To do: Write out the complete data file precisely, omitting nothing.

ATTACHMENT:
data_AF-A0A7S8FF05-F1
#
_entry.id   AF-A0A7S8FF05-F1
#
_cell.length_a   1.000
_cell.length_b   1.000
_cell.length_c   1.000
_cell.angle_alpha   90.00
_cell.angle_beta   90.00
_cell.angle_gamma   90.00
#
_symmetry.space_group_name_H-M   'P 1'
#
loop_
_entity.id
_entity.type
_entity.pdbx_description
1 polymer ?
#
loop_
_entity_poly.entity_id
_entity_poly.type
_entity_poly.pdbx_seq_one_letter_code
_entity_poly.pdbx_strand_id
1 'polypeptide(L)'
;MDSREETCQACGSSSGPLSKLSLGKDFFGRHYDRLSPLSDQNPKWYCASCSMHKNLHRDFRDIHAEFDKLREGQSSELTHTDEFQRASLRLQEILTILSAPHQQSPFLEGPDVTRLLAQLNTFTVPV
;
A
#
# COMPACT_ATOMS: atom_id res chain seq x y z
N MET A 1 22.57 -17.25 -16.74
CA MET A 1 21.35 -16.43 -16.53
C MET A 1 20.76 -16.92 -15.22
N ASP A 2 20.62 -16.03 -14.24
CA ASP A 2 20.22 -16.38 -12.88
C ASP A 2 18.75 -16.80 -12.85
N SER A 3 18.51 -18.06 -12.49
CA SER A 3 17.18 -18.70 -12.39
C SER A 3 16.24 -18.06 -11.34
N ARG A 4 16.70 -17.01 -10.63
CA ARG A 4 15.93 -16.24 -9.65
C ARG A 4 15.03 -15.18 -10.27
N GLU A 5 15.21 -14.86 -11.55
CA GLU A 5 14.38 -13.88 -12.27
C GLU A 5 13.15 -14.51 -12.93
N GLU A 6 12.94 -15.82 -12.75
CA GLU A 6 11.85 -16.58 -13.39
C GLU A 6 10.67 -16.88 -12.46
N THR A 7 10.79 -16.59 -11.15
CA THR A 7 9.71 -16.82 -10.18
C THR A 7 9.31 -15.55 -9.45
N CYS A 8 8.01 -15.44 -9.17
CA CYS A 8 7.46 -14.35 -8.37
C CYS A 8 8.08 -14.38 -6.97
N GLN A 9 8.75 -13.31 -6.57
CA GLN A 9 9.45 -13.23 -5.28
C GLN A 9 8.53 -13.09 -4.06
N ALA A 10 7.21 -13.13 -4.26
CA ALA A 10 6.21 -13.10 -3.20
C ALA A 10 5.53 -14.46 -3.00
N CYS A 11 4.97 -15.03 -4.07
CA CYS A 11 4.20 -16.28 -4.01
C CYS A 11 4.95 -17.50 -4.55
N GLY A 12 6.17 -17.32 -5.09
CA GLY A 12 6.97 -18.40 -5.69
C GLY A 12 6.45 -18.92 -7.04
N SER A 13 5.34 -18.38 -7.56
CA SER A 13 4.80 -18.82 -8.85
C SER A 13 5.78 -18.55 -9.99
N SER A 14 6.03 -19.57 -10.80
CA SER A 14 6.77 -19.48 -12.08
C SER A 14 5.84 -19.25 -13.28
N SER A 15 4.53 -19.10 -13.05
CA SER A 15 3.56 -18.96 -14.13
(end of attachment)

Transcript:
data_AF-A0A7S8FF05-F1
#
_entry.id   AF-A0A7S8FF05-F1
#
_cell.length_a   1.000
_cell.length_b   1.000
_cell.length_c   1.000
_cell.angle_alpha   90.00
_cell.angle_beta   90.00
_cell.angle_gamma   90.00
#
_symmetry.space_group_name_H-M   'P 1'
#
loop_
_entity.id
_entity.type
_entity.pdbx_description
1 polymer ?
#
loop_
_entity_poly.entity_id
_entity_poly.type
_entity_poly.pdbx_seq_one_letter_code
_entity_poly.pdbx_strand_id
1 'polypeptide(L)'
;MDSREETCQACGSSSGPLSKLSLGKDFFGRHYDRLSPLSDQNPKWYCASCSMHKNLHRDFRDIHAEFDKLREGQSSELTHTDEFQRASLRLQEILTILSAPHQQSPFLEGPDVTRLLAQLNTFTVPV
;
A
#
# COMPACT_ATOMS: atom_id res chain seq x y z
N MET A 1 22.57 -17.25 -16.74
CA MET A 1 21.35 -16.43 -16.53
C MET A 1 20.76 -16.92 -15.22
N ASP A 2 20.62 -16.03 -14.24
CA ASP A 2 20.22 -16.38 -12.88
C ASP A 2 18.75 -16.80 -12.85
N SER A 3 18.51 -18.06 -12.49
CA SER A 3 17.18 -18.70 -12.39
C SER A 3 16.24 -18.06 -11.34
N ARG A 4 16.70 -17.01 -10.63
CA ARG A 4 15.93 -16.24 -9.65
C ARG A 4 15.03 -15.18 -10.27
N GLU A 5 15.21 -14.86 -11.55
CA GLU A 5 14.38 -13.88 -12.27
C GLU A 5 13.15 -14.51 -12.93
N GLU A 6 12.94 -15.82 -12.75
CA GLU A 6 11.85 -16.58 -13.39
C GLU A 6 10.67 -16.88 -12.46
N THR A 7 10.79 -16.59 -11.15
CA THR A 7 9.71 -16.82 -10.18
C THR A 7 9.31 -15.55 -9.45
N CYS A 8 8.01 -15.44 -9.17
CA CYS A 8 7.46 -14.35 -8.37
C CYS A 8 8.08 -14.38 -6.97
N GLN A 9 8.75 -13.31 -6.57
CA GLN A 9 9.45 -13.23 -5.28
C GLN A 9 8.53 -13.09 -4.06
N ALA A 10 7.21 -13.13 -4.26
CA ALA A 10 6.21 -13.10 -3.20
C ALA A 10 5.53 -14.46 -3.00
N CYS A 11 4.97 -15.03 -4.07
CA CYS A 11 4.20 -16.28 -4.01
C CYS A 11 4.95 -17.50 -4.55
N GLY A 12 6.17 -17.32 -5.09
CA GLY A 12 6.97 -18.40 -5.69
C GLY A 12 6.45 -18.92 -7.04
N SER A 13 5.34 -18.38 -7.56
CA SER A 13 4.80 -18.82 -8.85
C SER A 13 5.78 -18.55 -9.99
N SER A 14 6.03 -19.57 -10.80
CA SER A 14 6.77 -19.48 -12.08
C SER A 14 5.84 -19.25 -13.28
N SER A 15 4.53 -19.10 -13.05
CA SER A 15 3.56 -18.96 -14.13